The double-edged sword

Ally Sheedy as Allison Reynolds

In The Breakfast Club, introverted Allison dares rich-girl Claire to say if she’s a virgin. When Claire demurs, Allison says,

It’s kind of a double-edged sword isn’t it? … If you say you haven’t [had sex], you’re a prude. If you say you have, you’re a slut. It’s a trap.

This is how I feel when the question comes up about the distinction between literary and genre fiction. If you write literary novels, you’re a prude. If you write genre books, you’re a slut.

Is it really that simple? Nothing in this world is so simple. Yet, here are some true-life examples from my own experiences:

Prude

While shopping around my first novel, I got a tip that a prestigious national imprint had a new editor seeking fresh manuscripts. I sent mine along, hopeful but also realistic about my chances.

The rejection slip I received was fairly scathing. The editor claimed my book read of a desperate MFA student who doesn’t understand the “real world.” It was fairly derogatory (and oddly personal, considering this editor and I shared a mutual friend). A simple “thanks, no thanks” would have sufficed, but this editor decided it was my turn in the barrel.

Make no mistake: This hoity-toit imprint reeks of MFA aftershave. It’s not a punk-lit imprint. It’s not an edgy alt-lit imprint. It publishes high-minded literary fiction. The author list is upper-middle- to upper-class, blindingly white, and yes, many of them hold an MFA.

And I hold an MFA too, so perhaps the criticism is spot-on—except I wrote the bulk of novel before I set foot in grad school. I didn’t aim for it to be a literary masterpiece. I wanted to write a page-turner. It’s categorized as literary fiction because it’s not mystery, science-fiction, fantasy, romance, Western, thriller, or YA/New Adult. Write a story about a character and his family, and it’s not merely literary, you’re trying to “be literary.” Who knew?

In my novel, the main character has grown up in a town of physicists who design and perfect weapons of mass destruction—this is the actual childhood I experienced. I thought it would be a good read. (It is a good read.) My character is snarky, sarcastic, crude—and at times, he can be a right asshole. The technical background of the novel is, as they say, ripped from the headlines.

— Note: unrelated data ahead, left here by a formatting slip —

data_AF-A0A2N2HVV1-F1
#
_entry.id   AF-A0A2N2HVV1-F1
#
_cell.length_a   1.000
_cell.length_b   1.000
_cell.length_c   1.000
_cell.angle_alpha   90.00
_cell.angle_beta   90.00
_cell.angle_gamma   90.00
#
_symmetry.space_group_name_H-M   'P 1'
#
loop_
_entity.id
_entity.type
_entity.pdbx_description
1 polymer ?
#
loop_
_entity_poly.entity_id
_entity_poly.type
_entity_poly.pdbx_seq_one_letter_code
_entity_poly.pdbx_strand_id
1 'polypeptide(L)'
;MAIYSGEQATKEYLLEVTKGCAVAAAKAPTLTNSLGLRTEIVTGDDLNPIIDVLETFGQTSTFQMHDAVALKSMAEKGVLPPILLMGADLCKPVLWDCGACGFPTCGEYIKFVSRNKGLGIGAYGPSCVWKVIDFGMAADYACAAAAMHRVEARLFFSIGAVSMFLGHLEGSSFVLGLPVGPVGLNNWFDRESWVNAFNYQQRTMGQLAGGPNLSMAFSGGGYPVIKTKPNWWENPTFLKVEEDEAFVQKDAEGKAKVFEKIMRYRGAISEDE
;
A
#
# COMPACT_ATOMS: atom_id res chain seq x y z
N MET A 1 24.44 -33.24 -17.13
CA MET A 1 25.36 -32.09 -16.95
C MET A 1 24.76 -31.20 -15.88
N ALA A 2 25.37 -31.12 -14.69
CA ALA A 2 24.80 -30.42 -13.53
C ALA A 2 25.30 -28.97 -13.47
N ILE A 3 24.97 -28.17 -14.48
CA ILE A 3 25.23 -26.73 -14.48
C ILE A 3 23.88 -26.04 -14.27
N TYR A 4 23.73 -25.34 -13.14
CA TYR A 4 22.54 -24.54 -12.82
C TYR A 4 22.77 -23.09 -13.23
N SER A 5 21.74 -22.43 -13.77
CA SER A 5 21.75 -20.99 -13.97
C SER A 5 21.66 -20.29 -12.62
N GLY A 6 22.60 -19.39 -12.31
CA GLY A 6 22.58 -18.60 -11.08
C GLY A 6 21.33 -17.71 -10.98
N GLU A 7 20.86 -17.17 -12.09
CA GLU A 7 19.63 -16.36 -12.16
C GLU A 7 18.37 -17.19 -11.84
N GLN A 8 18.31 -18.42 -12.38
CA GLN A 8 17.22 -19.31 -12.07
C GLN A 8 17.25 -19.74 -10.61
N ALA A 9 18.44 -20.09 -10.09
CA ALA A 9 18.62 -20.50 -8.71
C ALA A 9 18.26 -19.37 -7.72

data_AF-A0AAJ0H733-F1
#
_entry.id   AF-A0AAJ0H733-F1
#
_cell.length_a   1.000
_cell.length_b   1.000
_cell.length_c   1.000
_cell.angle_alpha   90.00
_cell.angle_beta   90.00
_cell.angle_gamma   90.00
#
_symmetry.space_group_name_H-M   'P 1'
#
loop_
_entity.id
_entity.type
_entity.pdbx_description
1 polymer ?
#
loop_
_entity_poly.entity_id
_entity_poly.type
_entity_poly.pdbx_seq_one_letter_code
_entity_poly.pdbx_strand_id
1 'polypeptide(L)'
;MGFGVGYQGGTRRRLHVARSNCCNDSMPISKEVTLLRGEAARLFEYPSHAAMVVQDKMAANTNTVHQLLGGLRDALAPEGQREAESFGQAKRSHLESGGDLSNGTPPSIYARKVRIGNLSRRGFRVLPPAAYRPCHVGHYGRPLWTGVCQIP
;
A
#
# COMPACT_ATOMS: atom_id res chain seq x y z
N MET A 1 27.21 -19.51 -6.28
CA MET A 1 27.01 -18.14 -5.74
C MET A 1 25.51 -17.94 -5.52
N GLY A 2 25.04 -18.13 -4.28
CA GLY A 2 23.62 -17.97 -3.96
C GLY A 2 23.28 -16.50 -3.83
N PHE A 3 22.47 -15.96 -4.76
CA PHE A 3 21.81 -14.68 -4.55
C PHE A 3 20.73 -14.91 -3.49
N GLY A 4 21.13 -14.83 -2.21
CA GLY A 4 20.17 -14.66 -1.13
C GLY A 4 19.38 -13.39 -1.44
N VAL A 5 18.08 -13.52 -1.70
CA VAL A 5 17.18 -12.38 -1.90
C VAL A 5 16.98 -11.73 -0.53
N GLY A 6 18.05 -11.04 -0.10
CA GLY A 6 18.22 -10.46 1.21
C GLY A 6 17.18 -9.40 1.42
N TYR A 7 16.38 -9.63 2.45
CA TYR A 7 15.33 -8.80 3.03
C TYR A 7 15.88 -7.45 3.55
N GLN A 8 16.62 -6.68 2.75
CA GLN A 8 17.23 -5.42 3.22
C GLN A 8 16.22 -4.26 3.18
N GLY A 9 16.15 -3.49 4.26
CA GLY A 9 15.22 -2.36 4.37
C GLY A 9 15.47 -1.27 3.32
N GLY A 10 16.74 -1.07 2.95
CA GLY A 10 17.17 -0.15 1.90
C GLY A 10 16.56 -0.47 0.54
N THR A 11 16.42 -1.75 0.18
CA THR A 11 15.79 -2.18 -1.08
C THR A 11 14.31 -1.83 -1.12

This seems pretty real-world to me. I thought I was writing a funny novel with an unusual setting and situation. This editor took it upon herself to declare I’m actually a Raymond Carver-esque hack penning quiet stories of bourgeois desperation. And that I should stop being that writer.

So, there’s the rejection slip telling me to quit being literary, even though that’s a categorization I never asked for. And it came from a literary publishing house. It’s kind of a double-edged sword, isn’t it?

Slut

After Amazon published my second novel, I began to sense a change in the attitudes of many of my writer friends. At first it was slight, like a shift in air movement when a door in the room is opened. Gradually, though, the emotional tension grew to the point it could not be denied.

I wondered if the problem was one of jealousy. My book had been picked up by a large company, but Amazon was not what you would call an A-list publisher (back then, at least—times have changed). And, they only published my book in digital Kindle format. I had to rely on CreateSpace to offer a paperback edition. The advance money was not huge, and the publicity not so widespread. It all seemed pretty modest to me, and I thought my friends would recognize it as such.

My novel is set in an alternate universe where human reproductive biology is tweaked in a rather significant way. This book is obviously science-fiction. Since the protagonist is a thirteen-year-old girl, it neatly fits into the YA slot as well.

And I’m comfortable with those categorizations. I grew up reading Asimov, Bradbury, Silverberg, and other science-fiction writers of the Golden and Silver Ages who laid so much groundwork for the genre. More importantly, I wanted to write another page-turner, a real unputdownable book. From the Amazon reviews, I think I succeeded.

The tip-off for the issue with my friends was when my wife asked one of them if she’d read my new book. The answer was a murmured, “I would never read a book like that.” This from a person I counted as a friend, and had known for ten years.